Food technology is a growing industry that might not yet be mainstream, but is definitely gaining momentum fast. The role for food technology incubators and food tech communities is to nurture new innovation and guide companies to get to the mass market. However, companies that have found viable solutions to our food dilemmas, need to understand what big companies that have the capability to produce and expose their product, are looking for.
This last week we had the pleasure of hosting Bill Aimutis, Global Director of External Innovation Intellectual Asset Management at Cargill, who gave us many insights on what big food companies are looking for and how to get their attention. Considering the fact that Cargill is one of the biggest privately owned companies in the world, generating $140 billion in revenue, operating in 70 countries, employing 150,000 people, is responsible for the distribution of some of the biggest food commodities including eggs and beef, processing grain and oil seed, and investing in innovations to streamline the food system – their opinion matters. Getting your product in front of these companies is one sure fire way to create more sustainable food systems and reach the mass market.
The External Innovations Branch at Cargill was developed two years ago because they understood the necessity of turning to food technology as a formative solution due to changes in the world and in the market. As Dr. Aimutus explains, as the population expands and the world become more interconnected with are experiencing what is known as VUCA. Coined by the U.S. Army, VUCA stands for vitality, uncertainty, complexity. Due the complex nature of the world, the market began looking for more transparency, sustainability and clarity. Consumers are focused on health and wellness more than ever before and today they are equipped with a lot of information.
Health and Food
When Dr. Ascher Shmulewitz decided to get into the food tech industry, he understood that the best way to ensure a healthy population, is through the use of preventative care. His years of experience studying medicine and his success in the biomedical technology industry, reaffirmed that proper diet is paramount for a healthy life.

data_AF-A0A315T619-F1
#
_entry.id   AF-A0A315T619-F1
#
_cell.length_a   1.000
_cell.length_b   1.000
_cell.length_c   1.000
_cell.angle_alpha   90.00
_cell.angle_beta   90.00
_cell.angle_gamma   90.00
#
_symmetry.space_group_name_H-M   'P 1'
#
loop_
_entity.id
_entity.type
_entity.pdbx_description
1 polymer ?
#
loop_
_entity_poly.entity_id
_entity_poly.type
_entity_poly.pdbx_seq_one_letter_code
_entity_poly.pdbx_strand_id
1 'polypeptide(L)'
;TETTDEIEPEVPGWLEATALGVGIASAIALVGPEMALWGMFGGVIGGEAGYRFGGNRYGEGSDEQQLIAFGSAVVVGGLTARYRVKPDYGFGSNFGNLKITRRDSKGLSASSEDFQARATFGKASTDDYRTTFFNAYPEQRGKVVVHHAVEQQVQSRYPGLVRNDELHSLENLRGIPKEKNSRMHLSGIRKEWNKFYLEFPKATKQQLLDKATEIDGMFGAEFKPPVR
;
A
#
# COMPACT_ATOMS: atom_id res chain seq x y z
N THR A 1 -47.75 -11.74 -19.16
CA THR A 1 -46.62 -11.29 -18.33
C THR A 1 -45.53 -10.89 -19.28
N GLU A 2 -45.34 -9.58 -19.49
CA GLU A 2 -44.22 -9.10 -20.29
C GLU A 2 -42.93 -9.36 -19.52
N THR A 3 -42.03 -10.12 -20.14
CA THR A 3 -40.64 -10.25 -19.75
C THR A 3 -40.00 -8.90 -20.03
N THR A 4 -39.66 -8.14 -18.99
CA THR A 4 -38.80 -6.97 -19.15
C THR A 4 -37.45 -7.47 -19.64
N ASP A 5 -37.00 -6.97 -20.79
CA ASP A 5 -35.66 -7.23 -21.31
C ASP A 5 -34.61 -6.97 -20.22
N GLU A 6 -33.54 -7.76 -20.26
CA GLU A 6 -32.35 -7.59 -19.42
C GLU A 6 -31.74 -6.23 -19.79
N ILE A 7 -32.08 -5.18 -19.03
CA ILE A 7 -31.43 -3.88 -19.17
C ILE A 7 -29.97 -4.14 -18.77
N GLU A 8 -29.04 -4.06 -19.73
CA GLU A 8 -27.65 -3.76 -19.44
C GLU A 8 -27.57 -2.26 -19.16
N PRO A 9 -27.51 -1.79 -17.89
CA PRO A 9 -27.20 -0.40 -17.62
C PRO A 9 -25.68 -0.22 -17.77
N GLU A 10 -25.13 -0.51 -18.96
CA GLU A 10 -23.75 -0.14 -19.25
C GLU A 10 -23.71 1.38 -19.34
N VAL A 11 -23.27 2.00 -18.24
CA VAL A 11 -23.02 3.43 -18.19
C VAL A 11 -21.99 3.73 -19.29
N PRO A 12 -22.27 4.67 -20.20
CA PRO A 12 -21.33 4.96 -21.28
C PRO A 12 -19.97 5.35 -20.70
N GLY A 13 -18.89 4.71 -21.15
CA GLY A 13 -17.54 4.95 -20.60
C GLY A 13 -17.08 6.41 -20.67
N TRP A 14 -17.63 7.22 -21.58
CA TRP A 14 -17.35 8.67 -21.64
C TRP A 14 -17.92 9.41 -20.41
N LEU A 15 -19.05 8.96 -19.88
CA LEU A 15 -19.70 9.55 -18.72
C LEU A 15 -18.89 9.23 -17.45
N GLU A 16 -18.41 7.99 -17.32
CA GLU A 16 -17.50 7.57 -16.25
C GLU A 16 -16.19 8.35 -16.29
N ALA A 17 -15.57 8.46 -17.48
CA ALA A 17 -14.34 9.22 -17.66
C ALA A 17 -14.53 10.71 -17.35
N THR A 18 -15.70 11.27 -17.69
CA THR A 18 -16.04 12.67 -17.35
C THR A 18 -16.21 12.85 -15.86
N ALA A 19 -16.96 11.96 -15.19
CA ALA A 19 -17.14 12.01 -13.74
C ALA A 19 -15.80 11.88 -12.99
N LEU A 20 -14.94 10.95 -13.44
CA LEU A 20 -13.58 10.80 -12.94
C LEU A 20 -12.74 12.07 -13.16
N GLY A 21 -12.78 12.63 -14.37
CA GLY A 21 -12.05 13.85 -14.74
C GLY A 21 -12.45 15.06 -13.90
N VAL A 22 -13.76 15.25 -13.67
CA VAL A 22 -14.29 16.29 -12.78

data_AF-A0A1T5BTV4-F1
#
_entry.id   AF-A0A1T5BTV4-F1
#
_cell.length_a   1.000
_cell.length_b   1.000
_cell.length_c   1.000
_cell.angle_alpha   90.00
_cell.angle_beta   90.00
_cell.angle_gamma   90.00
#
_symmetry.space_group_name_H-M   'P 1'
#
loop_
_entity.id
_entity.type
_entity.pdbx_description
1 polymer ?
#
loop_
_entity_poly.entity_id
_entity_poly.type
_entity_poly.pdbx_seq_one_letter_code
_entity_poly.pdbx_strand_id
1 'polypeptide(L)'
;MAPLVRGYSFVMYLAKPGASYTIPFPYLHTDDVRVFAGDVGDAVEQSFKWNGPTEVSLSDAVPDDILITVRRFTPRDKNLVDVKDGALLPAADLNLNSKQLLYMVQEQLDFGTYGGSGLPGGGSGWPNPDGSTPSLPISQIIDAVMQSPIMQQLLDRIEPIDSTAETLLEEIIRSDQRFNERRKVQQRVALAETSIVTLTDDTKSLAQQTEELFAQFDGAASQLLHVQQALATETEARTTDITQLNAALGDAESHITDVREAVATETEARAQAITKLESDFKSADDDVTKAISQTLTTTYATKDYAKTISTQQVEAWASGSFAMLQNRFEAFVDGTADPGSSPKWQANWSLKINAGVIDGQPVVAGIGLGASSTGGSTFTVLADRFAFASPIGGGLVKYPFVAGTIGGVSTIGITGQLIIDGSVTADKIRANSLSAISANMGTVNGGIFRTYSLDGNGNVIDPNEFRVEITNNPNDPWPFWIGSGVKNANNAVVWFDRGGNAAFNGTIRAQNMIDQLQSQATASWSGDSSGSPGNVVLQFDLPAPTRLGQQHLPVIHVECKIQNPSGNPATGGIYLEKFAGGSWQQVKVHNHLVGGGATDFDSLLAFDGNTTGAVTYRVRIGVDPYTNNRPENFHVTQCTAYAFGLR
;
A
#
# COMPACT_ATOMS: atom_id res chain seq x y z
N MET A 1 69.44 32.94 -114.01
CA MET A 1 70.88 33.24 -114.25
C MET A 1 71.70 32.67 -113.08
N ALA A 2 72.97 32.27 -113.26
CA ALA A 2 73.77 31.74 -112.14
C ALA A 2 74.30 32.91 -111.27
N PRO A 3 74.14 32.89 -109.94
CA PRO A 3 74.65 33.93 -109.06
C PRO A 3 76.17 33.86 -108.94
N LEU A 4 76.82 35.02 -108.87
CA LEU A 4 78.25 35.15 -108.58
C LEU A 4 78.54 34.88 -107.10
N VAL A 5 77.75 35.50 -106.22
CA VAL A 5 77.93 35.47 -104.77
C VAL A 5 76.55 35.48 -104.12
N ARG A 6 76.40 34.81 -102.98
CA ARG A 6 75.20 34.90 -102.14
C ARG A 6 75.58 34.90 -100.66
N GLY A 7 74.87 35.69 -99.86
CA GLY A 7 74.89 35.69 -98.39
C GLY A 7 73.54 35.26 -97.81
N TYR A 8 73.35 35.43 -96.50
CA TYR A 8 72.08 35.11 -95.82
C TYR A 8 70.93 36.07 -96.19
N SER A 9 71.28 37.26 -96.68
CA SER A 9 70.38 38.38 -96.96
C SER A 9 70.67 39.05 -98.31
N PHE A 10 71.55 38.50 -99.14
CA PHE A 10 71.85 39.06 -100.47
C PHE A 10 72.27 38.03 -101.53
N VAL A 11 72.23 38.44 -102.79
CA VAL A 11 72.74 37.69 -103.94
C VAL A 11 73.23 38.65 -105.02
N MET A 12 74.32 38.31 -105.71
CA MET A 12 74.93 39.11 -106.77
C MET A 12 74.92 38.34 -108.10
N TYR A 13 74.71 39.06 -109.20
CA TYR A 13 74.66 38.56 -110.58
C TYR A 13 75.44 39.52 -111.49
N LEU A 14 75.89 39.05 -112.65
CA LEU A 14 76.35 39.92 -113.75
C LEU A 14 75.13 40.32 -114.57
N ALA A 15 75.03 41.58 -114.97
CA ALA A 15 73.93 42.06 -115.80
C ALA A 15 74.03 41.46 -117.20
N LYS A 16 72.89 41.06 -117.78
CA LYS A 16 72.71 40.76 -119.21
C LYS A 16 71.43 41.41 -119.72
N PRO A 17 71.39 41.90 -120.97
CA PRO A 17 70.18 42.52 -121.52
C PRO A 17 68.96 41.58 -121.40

The problem, however, was that the food industry was failing to provide any viable. sustainable, and healthy products to the mass market. As Dr. Shmulewitz saw it, the food industry was going in two directions- a trend toward “health” foods that often lacked in flavor and have been environmentally unsustainable, or fast and heavily processed foods that contribute to the high rate of obesity, heart disease and environmental deterioration.
Dr. Shmulewitz concluded that only way we can feed and distribute nutritious and delectable food to an expanding population, without destroying the planet would be through modern food technology. “Until now the food industry has compromised quality for quantity, more products with less nutritional value, but food tech is the only solution that can consolidate both quality and quantity, issues, providing nutritionally dense foods, to the mass market for a fair price.”
How so? Here are 5 ways modern food tech will help us become healthier:
When Jews around the world began migrating to Palestine, they found themselves in a conundrum: the arid land and the reliance on dry farming wouldn’t sufficiently feed the growing population. The lack of natural resources, meant that the pioneers would have to find industrious ways to farm the land sufficiently, without depleting the its resources.
In an effort to resolve this dilemma, The Agricultural Experiment Station was established. In 1921 the organization developed into the Agricultural Research Organization (ARO), widely known as the Volcani Center. It was within the ranks of the ARO that experimental farming methods were developed. The ARO became responsible for inventing unique irrigation strategies and developing unrivaled methods to desalinate water, a system that not only to be successful, but spread throughout farms across the world.
The ARO also became formative in developing a mixed farming method in Israel. This form of farming which was based on a strict crop rotation, allowed Israeli farmers to produce a high yield, while replenishing the soils nutrients. Due to these innovations, there was no longer a need to depend on dry farming methods and Israel was able to develop a thriving agricultural industry, which by 2012 reached $2.4 billion in exports.
Having seen the very best, the worst, and the ugliest of the food industry, Laurent Adamowicz gives a poignant account of how our food system has dramatically changed over the last two decades. Could the obesity epidemic be directly linked to what our food has been eating?
Secondary Sugar kills? Wait, secondary sugar is the one that’s hidden and added to foods you wouldn’t suspect, so kids and parents get addicted. A horrendous revelation here is that baby formula contains added sugar. Lots of it! And less lactose than breast milk. And no nutrition label requirement? You must be kidding, right?